Women's and staff views: an evaluation of maternity care at Barwon Health
Additional Document Info
Executive summary and recommendations
In 2008 Barwon Health (a regional hospital in Victoria with approximately 2000 births per year) implemented major changes to the provision of maternity care, with new approaches being taken in postnatal care and in models of maternity care provision.
Postnatal care changes commenced in January 2008 and comprised a more flexible, individualised approach to care, with a focus on normalising the postnatal period. The changes were in response to the growing evidence from Australia and overseas that the care provided in hospital in the early postnatal period may be less than optimal for both women and care providers. That is, that the care may not meet the individual needs of the women in the limited time they spend in postnatal wards in hospitals, and at the same time, many midwives have reported that postnatal care provision is challenging.
A caseload midwifery model of care – known as the ‘Midwifery Group Practice’ (MGP) commenced in July 2008. MGP is a one to one midwifery model of care in which women are cared for by a primary midwife throughout pregnancy, birth and the early postnatal period. Women receiving MGP care receive antenatal, intrapartum and postpartum care from a primary midwife with one or two antenatal visits and other care as necessary conducted by a ‘back-up’ midwife, and consultation with and referral to other care providers as required.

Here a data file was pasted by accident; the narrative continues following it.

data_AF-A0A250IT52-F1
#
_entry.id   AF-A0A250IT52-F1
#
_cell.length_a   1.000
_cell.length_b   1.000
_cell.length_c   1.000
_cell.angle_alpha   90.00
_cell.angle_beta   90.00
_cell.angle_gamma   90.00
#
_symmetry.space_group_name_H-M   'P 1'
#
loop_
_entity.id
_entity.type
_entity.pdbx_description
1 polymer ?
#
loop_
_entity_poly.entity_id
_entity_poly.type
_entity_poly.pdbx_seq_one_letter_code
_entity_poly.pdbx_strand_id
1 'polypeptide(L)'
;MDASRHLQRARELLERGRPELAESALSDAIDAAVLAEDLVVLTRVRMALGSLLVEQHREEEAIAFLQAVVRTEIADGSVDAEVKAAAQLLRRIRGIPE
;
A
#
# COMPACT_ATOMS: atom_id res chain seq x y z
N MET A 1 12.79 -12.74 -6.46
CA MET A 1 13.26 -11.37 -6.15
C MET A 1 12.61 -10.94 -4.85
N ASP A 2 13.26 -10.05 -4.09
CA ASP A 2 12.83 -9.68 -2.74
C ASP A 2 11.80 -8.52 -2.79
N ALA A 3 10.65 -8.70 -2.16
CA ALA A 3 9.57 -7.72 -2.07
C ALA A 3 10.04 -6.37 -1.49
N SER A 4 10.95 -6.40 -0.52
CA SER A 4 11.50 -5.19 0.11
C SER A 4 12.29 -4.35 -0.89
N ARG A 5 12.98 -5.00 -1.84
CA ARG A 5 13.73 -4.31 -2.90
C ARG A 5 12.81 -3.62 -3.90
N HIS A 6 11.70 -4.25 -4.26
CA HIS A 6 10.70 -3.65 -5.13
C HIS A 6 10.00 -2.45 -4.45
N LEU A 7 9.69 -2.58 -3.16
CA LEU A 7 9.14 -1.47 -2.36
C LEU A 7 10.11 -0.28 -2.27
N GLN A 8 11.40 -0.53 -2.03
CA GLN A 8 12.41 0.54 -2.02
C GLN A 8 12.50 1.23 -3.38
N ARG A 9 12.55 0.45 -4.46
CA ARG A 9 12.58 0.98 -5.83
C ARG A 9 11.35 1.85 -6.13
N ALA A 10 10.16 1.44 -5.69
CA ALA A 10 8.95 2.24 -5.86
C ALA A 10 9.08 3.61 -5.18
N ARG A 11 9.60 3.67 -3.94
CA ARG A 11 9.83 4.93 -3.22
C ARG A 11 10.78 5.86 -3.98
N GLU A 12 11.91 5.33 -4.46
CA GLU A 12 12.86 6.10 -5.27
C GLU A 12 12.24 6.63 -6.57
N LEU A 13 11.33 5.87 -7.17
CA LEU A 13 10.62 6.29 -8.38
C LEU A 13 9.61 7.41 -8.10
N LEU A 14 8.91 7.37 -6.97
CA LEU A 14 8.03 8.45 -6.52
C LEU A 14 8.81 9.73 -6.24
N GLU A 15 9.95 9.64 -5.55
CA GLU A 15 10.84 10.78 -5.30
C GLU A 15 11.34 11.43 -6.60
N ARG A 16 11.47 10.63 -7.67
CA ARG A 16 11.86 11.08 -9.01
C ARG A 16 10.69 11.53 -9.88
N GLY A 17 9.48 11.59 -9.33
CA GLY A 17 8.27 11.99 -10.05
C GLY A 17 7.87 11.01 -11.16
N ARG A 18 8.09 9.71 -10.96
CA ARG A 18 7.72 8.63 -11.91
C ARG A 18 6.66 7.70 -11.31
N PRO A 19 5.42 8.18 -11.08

An evaluation of these changes (known as ‘WAVE - Women’s and staff views: an evaluation of maternity care at Barwon Health’) was undertaken by Mother and Child Health Research (MCHR), La Trobe University, in collaboration with Barwon Health. The evaluation was multi-faceted, evaluating both the postnatal changes and the introduction of the MGP. It included three cross-sectional surveys of women (251 women who gave birth before any changes (time point one, TP1), 230 women who gave birth after the changes to postnatal care (time point two, TP2) and 289 women who gave birth after the implementation of MGP (time point three, TP3); surveys of midwives at two time points (50 following introduction of the postnatal changes and immediately prior to the introduction of MGP and 50 two years later); and key informant interviews with eight women, five midwives and 13 other key stakeholders. Four focus groups were undertaken with midwives involved in postnatal care provision. The health outcomes of women (and their babies) were explored comparing all births in 2007 with all births in 2009, and an economic evaluation of the changes undertaken.